Simultaneously, the increased awareness of “stranger-danger” and a new notion that teens needed more standardized testing in order to compete on an international level led to parents being more anxious about their kids’ safety as well as their school performance. All of these events contributed to the trend of over-protecting and micro-managing kids.
This new style of parenting had its immediate advantages, which only served to reinforce it. Lythcott-Haims describes how “all hovering behaviours have short-term wins. They prevent bumps and scrapes. They get the coach to cooperate. If the parents do their kid’s homework, the kid gets into a better school.” However, she adds that “there’s “a long-term cost.”
She explains that when parents do too much, “kids have no skills and no sense of self because they haven’t done enough in life to get a sense of agency.” She cites research demonstrating how over-parenting causes “increased rates of anxiety and depression.” These facts are borne out by several recent articles published in Ontario.
Lythcott-Haims quotes the psychologist, Dr. Madeline Levine, the author of Teach Your Children Well, who admonishes parents not to do for their kids what the kids can already do for themselves – because this leads to the child feeling incompetent, and not do what the child is almost able to do – because it interferes with the child’s process of learning to do it on their own.
Lythcott-Haims wants parents to remember that “our job… is to put ourselves out of a job.” She offers a way for parents to see if they’re over-involved and shows them how they can take a few steps back. She asks them to:
1: Check your language. She says that if you’re saying “we” when you’re discussing your kids; for example, “we’re in advanced math,” you’re “intertwined with them” in a way that’s not good for them.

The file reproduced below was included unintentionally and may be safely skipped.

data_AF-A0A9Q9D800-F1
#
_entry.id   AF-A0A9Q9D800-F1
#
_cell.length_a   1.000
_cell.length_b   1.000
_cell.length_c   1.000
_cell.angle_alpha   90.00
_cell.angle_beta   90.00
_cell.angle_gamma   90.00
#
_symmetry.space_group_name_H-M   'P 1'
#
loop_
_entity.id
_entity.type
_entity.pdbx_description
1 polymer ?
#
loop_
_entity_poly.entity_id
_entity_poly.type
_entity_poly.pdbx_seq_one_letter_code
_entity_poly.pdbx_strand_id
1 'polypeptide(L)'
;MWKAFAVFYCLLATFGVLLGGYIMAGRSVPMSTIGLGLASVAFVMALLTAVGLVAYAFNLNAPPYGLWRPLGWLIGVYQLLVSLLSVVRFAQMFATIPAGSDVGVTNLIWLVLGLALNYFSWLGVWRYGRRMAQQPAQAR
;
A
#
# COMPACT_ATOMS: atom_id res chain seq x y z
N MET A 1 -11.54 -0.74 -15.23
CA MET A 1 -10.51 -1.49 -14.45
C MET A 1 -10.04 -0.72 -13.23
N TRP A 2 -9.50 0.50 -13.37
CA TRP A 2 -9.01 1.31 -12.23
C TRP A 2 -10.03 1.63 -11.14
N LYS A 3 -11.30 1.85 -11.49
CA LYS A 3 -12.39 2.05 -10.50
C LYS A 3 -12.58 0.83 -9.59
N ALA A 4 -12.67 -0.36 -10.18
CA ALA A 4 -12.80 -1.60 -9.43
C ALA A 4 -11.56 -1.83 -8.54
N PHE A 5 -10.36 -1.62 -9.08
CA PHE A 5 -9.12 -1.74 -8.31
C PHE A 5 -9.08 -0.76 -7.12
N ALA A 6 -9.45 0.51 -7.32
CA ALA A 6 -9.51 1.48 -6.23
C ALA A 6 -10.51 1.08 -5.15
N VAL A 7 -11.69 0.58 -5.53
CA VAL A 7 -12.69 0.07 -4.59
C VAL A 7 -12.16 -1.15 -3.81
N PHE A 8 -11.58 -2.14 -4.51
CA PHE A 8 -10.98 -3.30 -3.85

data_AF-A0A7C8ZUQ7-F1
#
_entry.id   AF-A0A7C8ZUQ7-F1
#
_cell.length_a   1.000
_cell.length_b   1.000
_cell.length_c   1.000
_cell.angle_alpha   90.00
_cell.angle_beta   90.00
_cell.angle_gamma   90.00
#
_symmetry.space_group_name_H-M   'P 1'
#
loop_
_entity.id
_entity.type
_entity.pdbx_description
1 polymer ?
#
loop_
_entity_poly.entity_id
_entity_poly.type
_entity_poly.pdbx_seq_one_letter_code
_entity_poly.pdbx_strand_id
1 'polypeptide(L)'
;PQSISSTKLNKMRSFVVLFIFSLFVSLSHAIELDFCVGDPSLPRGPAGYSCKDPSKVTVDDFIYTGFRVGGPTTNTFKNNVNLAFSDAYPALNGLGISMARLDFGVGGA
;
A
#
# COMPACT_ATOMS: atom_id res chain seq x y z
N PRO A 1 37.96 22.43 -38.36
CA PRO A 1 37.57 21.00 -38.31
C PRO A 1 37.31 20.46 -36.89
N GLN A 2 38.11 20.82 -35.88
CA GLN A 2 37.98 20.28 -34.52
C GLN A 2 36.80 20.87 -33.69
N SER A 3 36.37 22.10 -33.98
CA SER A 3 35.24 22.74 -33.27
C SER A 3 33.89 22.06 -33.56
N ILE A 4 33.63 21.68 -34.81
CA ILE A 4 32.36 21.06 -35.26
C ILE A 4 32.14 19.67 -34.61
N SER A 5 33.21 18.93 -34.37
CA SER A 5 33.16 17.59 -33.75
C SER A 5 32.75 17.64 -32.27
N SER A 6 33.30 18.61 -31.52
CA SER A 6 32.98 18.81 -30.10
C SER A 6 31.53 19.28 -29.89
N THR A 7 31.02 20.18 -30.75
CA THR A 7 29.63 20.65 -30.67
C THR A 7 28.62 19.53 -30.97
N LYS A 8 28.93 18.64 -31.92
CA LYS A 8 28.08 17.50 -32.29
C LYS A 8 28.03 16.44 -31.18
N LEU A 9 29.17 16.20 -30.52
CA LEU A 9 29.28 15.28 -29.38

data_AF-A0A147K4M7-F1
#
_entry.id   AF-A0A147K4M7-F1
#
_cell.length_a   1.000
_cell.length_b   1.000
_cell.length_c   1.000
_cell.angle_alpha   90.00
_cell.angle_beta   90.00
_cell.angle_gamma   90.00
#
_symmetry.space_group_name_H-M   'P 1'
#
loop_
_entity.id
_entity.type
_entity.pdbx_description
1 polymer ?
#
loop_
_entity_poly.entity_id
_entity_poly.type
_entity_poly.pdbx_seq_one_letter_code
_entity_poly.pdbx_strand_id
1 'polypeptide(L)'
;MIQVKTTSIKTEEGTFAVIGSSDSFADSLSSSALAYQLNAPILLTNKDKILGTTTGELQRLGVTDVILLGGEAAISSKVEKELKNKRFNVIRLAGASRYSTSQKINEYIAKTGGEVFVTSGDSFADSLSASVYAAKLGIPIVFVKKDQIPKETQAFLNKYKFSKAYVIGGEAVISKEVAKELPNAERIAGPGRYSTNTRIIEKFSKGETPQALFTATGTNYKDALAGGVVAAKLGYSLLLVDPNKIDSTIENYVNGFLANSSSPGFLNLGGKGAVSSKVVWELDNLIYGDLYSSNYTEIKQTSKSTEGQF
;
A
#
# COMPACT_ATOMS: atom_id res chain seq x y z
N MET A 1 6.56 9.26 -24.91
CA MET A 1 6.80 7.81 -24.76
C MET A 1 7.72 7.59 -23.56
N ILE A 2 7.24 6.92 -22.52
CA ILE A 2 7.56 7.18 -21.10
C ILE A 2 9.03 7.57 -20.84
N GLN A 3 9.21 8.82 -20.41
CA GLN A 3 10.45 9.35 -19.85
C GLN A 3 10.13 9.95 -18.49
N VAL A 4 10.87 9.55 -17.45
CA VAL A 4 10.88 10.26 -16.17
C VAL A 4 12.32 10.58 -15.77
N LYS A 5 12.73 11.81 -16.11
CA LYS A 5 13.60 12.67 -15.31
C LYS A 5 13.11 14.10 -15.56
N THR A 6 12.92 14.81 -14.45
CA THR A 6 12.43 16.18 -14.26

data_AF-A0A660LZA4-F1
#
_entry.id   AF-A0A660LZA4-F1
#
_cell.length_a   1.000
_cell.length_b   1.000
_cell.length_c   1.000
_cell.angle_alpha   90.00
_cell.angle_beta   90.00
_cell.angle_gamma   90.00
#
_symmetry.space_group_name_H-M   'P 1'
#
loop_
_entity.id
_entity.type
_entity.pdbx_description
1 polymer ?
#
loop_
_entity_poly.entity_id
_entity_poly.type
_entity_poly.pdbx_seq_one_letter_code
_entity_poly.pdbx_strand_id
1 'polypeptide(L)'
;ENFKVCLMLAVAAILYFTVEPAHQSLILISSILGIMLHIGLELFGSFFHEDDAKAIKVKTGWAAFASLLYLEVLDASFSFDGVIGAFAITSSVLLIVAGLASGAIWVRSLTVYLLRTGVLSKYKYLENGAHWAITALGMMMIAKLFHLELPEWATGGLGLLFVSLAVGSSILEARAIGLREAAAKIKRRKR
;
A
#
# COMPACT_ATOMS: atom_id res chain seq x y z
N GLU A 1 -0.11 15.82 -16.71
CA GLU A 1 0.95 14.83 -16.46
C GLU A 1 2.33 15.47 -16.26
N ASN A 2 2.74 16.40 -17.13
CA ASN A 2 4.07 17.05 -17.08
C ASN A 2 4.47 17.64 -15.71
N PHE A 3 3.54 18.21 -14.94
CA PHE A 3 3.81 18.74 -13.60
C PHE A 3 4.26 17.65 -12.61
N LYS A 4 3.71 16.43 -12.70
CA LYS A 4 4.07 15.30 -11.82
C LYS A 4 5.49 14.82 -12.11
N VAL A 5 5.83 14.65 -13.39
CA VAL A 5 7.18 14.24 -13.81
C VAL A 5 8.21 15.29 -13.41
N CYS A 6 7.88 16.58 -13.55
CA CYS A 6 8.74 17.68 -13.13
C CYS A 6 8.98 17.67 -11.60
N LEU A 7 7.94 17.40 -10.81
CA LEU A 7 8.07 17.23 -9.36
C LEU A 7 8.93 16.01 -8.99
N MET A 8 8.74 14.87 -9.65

2: Examine your interactions with adults in your child’s life. Constantly arguing with teachers, principals and coaches is a sign of being overly-invested in your kid’s life. Lythcott-Haims says that “when we’re doing all the arguing, we are not teaching our kids to advocate for themselves.”
3: Stop doing their homework. Kids need to learn how to do their own tasks and rise and fall on their own merit. This is how they develop skills, confidence and autonomy.
Instead of doing too much for our kids, Lythcott-Haims recommends that parents teach their kids new skills in the same way as her neighbour Stacy Ashland does. This simple four-step process applies to making a meal, talking to a coach or crossing the street:
1: Do it for the child, while explaining the steps as you go;
2: Do it with the child, while continuing to explain the process;
3: Watch the child do it without interfering;
4: Step back and allow the child to do it independently.
I was lucky to have grown up in a time when parents instinctively did these things, but parents today can just as easily learn to do the same for their kids.
They must realize that what kids really need is for parents to step back from coddling and micro-managing them, and that teaching kids how to stand on their own two feet is the best way to show them love and guarantee them a happy and successful future.
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Check out my latest podcast. Julie Lythcott-Haims discusses how we became helicopter parents and how to switch gears and give kids what they need to grow up into high-functioning adults.